185. According to the Dred Scott Decision, African Americans had no legal standing for filing a suit simply because they weren’t the citizens of the United States.

186. As if the Dred Scott Decision was not enough, Taney went on to give a ruling where he said that the Federal government had absolutely no authority to forbid slavery in the territories of U.S.

187. Unfortunate for Taney, while he was still the Chief Justice of Supreme Court, he had to swear in Abraham Lincoln as the President of United States. It was Lincoln who eventually abolished slavery in USA.

Andrew Jackson Facts for Kids: 188-200 | Some Fascinating Facts about Jackson

188. Jackson was the only President in the history of United States who managed to pay off the national debt completely. He achieved the feat in 1835. No other US President (before or after Jackson) managed to achieve this.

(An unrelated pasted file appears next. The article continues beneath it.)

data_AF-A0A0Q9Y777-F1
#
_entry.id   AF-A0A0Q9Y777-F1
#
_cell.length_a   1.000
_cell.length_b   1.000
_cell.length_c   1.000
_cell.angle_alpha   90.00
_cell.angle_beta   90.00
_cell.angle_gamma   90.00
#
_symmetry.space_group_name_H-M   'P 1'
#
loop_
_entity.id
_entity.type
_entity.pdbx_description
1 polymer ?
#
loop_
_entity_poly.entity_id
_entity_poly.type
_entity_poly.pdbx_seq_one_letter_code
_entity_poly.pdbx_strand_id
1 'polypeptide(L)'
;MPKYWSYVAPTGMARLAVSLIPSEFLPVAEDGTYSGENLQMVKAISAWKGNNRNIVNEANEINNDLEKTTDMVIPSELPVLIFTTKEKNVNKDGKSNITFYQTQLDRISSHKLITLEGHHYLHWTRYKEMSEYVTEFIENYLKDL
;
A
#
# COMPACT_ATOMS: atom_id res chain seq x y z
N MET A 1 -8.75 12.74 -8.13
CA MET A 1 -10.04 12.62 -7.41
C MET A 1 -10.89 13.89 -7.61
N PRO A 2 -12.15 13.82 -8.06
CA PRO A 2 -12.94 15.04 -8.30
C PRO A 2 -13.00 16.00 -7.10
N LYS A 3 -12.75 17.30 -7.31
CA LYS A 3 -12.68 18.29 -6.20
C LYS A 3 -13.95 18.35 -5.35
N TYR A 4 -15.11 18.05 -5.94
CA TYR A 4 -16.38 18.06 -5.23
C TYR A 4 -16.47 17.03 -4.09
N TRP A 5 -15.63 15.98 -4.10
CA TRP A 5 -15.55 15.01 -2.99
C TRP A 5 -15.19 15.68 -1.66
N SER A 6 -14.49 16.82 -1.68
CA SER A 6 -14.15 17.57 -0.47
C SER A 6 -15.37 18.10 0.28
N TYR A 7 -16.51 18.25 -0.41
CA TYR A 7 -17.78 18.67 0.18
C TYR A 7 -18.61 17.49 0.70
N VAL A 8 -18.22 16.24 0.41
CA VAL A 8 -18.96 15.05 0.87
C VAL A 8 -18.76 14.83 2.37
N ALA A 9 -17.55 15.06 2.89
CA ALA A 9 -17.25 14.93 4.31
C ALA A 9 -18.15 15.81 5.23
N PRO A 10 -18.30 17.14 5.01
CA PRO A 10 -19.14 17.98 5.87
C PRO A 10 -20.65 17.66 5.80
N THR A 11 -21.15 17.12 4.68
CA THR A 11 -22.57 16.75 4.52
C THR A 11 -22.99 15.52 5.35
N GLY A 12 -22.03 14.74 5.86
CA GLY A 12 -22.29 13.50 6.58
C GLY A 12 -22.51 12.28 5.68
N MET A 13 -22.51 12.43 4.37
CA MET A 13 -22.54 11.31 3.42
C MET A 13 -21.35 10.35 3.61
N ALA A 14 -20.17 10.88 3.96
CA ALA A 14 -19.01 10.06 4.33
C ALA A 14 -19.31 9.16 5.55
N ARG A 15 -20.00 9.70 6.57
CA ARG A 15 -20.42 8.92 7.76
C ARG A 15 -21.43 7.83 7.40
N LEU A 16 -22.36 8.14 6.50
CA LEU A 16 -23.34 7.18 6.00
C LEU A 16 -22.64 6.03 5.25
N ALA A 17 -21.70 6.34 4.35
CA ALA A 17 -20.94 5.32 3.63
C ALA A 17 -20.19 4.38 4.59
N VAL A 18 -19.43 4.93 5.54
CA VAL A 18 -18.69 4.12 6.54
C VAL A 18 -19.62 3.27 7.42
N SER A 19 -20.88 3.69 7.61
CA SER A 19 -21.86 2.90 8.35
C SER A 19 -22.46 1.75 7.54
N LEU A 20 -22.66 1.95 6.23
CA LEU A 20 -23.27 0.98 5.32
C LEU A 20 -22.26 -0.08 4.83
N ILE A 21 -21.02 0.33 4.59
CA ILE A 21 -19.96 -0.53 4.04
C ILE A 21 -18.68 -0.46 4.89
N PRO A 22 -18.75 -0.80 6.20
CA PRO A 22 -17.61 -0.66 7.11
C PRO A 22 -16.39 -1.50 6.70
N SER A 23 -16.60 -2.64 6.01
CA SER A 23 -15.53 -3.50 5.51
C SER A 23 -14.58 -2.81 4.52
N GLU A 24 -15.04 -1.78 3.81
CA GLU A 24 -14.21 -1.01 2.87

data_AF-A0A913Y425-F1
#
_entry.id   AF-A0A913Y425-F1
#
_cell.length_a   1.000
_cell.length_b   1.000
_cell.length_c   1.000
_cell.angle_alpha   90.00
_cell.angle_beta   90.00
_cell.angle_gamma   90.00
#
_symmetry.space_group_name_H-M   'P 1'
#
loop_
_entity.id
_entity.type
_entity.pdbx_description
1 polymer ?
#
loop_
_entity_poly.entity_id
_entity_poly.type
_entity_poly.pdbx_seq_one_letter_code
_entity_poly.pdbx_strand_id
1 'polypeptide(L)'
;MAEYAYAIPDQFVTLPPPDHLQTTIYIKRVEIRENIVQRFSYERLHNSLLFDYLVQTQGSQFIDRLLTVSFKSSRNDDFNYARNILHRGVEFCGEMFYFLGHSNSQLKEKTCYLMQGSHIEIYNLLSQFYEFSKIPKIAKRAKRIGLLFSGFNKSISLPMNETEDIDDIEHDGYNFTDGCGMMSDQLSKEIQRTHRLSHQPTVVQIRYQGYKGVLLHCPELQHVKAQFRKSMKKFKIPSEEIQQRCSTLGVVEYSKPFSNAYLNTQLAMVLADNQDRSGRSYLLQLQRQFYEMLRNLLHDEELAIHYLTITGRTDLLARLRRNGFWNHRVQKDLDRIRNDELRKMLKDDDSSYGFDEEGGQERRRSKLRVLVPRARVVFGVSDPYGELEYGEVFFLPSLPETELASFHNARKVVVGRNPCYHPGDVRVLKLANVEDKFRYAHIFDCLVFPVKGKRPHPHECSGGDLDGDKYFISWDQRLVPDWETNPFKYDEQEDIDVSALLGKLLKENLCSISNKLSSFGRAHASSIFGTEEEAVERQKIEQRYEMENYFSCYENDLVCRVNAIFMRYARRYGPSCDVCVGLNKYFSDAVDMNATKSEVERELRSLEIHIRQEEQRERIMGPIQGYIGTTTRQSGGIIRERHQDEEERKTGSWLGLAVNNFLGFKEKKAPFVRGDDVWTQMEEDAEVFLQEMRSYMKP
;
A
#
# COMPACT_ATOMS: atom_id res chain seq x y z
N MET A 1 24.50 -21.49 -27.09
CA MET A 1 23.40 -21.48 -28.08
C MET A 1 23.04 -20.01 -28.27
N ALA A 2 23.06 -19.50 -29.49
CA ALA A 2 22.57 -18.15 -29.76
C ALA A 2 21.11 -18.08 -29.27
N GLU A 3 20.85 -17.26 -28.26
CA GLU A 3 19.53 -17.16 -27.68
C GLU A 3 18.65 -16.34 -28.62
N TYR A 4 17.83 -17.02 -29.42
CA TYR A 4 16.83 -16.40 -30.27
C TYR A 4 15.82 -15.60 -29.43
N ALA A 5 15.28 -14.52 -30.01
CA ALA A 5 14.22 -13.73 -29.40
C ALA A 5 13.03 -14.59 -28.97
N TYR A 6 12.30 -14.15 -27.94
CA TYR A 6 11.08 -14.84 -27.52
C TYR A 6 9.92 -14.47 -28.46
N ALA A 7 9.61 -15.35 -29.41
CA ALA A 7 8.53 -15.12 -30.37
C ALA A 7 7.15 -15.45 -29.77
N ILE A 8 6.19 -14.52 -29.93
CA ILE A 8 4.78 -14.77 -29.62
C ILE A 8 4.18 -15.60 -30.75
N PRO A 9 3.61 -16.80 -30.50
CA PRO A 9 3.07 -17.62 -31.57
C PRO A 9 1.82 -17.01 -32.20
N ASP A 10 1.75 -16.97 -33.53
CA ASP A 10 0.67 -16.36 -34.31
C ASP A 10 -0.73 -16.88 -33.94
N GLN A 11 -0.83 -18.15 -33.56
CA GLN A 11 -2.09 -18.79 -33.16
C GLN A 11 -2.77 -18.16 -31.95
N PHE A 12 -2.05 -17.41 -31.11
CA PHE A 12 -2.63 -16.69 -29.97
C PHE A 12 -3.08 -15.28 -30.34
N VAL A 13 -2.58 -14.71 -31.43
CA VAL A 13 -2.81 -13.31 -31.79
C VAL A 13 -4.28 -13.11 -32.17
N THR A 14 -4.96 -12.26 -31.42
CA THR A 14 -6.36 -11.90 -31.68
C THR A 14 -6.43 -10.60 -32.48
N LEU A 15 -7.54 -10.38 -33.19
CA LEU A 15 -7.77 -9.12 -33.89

189. In 1824 Presidential elections when Jackson ran for the post, the one-party Era of Good Feelings came to an end and the Democratic-Republican party broke down into the Democratic party that supported Andrew Jackson and the National Republicans that opposed Jackson and supported Adams.

190. During his feud with the Second Bank of the United States, Jackson took a series of steps those were considered as expansion of the executive power of Jackson. As a result of this, those who opposed such power expansion came together to form the Whig Party and called Jackson “King Andrew I”.

191. The Whig Party was named after English Whigs who went on opposing the British Monarchy in the 17th century.

192. In 1836 Presidential election, the Whig Party lost to Martin Van Buren who was the successor of Jackson. However, Jackson left Buren with an economy that was about to go into depression.